@erik_squires , The primary goal of the processor’s auto-cal is to set the distances/levels for speakers, subs, deploy any RSC filters correctly as it sees fit, etc. You will need to make manual fine refinements to distances/levels further from the ballpark it set it to.
The software’s goofy output for auto-eq is for an entry-level user. EQ will need to done manually for the hifi ear. He will go to town with it & adjust to taste as it works for his ears. Yamaha permits a full manual adjustment for multi-band PEQ. Sound United - Denon/Marantz used to provide full manual GEQ control (not sure if they’ve moved up to PEQ yet), etc.....Not sure why Anthem wouldn’t permit that?! I don’t know, i’ve never had an Anthem product.
When you’re taking a multi-point measurement with your cal mic, focus on the primary sweetspot and don’t deviate any additional mic locations from within a foot of the primary sweet spot. Moving the mic around over a larger span (compromising the main sweet spot) may be acceptable to HT guys for movies. If music is the goal, keep it around the primary sweet spot for you. Any other spots can be deemed mother-in-law spots and are not required to sound fabulous.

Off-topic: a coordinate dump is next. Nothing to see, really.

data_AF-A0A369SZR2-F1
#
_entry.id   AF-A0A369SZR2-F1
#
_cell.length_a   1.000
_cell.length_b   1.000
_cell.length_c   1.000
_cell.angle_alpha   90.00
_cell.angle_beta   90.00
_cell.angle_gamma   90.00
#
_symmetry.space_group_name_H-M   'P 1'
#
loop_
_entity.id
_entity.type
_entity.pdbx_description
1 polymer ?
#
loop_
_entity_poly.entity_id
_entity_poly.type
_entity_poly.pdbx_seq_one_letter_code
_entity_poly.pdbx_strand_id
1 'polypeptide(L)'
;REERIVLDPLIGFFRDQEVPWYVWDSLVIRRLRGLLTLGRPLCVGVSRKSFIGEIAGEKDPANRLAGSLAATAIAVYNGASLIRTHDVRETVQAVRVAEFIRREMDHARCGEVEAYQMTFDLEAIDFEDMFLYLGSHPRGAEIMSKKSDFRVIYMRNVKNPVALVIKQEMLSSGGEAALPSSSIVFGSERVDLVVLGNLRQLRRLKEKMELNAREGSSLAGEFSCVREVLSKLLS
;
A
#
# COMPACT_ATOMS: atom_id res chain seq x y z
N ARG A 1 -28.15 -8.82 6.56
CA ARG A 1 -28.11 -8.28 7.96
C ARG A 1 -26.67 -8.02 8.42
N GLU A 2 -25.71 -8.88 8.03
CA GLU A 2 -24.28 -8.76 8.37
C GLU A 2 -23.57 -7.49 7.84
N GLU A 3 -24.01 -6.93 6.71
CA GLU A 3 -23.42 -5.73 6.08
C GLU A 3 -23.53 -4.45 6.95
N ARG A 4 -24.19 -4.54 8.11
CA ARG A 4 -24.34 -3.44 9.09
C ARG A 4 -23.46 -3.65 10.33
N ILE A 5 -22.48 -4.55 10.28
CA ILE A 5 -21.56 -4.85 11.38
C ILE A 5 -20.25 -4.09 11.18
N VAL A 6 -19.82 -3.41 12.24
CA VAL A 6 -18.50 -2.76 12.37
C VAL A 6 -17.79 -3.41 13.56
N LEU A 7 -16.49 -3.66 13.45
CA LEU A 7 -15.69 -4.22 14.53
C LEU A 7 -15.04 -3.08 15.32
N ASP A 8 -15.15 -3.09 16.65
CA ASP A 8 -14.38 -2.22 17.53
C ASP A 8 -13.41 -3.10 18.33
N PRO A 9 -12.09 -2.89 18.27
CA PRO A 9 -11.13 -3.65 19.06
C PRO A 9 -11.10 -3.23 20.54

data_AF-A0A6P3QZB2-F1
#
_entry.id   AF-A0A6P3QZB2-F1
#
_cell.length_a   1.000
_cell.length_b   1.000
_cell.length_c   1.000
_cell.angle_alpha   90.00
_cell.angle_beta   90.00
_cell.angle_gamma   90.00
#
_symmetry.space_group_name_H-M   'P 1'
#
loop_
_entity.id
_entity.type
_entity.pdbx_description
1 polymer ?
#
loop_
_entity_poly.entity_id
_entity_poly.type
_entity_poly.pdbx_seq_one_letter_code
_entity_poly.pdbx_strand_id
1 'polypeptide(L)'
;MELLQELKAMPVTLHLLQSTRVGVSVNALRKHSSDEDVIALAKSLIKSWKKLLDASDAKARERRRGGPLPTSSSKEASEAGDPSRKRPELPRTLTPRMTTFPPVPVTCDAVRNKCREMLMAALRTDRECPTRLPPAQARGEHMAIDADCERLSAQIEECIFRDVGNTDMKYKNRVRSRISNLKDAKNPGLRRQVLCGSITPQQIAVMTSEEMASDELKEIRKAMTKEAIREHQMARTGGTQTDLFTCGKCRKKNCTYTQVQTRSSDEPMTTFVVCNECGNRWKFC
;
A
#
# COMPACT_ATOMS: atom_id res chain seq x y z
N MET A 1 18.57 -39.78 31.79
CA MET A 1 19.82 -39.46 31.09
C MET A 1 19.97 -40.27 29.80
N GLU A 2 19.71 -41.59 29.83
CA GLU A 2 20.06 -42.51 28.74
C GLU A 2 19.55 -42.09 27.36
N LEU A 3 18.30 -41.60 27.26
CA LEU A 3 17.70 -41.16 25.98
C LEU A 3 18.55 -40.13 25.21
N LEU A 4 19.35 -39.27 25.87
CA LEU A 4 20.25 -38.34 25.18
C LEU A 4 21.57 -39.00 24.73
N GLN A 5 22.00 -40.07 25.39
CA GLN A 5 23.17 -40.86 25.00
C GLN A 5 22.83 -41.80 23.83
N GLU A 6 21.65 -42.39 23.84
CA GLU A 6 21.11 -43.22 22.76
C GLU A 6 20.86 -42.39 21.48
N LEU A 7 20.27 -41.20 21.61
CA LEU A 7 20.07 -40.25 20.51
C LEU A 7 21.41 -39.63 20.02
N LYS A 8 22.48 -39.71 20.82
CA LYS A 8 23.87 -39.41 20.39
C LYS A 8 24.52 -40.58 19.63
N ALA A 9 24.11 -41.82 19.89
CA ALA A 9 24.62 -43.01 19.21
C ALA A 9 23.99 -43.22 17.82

Ensure that the bedlayer surround speakers are physically at the same distance as the fronts. One can’t keep em 2 ft away from the ears because the room’s the size of a closet and hope the magic delays will fix everything.
If your 5 bedlayer speakers hit low and fall in the hi-fi category, sub positions are sub-optimal, etc, run bedlayer speakers full range (don’t bass-manage/high pass) and dovetail/blend the subs in. Some brands have terrible implementations of bass management. This is all done very well in some brands and not others. It takes a lot of patience, research, focused thought, comprehension, listening, multiple trials and effort to get to a high fidelity multichannel rig (it isn’t as simple as stereo). If not, everyone would have done it by now.